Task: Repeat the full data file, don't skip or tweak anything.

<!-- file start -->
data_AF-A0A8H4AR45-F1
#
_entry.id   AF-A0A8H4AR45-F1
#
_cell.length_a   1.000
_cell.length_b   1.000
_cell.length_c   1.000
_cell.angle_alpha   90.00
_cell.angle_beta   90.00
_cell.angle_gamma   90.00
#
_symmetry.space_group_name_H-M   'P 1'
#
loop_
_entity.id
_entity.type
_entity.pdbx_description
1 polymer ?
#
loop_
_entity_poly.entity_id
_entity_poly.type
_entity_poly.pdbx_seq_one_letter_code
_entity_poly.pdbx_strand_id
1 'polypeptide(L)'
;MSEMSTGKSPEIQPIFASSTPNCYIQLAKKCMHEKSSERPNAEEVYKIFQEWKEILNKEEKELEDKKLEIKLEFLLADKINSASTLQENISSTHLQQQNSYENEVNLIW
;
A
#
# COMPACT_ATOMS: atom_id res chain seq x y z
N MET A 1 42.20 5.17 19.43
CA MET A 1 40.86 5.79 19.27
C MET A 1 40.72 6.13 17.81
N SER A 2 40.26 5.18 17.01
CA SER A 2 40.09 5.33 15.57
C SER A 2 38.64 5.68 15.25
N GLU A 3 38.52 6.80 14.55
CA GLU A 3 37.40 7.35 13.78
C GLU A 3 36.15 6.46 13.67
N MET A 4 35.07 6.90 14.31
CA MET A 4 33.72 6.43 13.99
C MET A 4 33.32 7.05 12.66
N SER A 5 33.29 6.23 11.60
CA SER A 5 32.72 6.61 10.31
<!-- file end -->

data_AF-A0A8H4AR45-F1
#
_entry.id   AF-A0A8H4AR45-F1
#
_cell.length_a   1.000
_cell.length_b   1.000
_cell.length_c   1.000
_cell.angle_alpha   90.00
_cell.angle_beta   90.00
_cell.angle_gamma   90.00
#
_symmetry.space_group_name_H-M   'P 1'
#
loop_
_entity.id
_entity.type
_entity.pdbx_description
1 polymer ?
#
loop_
_entity_poly.entity_id
_entity_poly.type
_entity_poly.pdbx_seq_one_letter_code
_entity_poly.pdbx_strand_id
1 'polypeptide(L)'
;MSEMSTGKSPEIQPIFASSTPNCYIQLAKKCMHEKSSERPNAEEVYKIFQEWKEILNKEEKELEDKKLEIKLEFLLADKINSASTLQENISSTHLQQQNSYENEVNLIW
;
A
#
# COMPACT_ATOMS: atom_id res chain seq x y z
N MET A 1 42.20 5.17 19.43
CA MET A 1 40.86 5.79 19.27
C MET A 1 40.72 6.13 17.81
N SER A 2 40.26 5.18 17.01
CA SER A 2 40.09 5.33 15.57
C SER A 2 38.64 5.68 15.25
N GLU A 3 38.52 6.80 14.55
CA GLU A 3 37.40 7.35 13.78
C GLU A 3 36.15 6.46 13.67
N MET A 4 35.07 6.90 14.31
CA MET A 4 33.72 6.43 13.99
C MET A 4 33.32 7.05 12.66
N SER A 5 33.29 6.23 11.60
CA SER A 5 32.72 6.61 10.31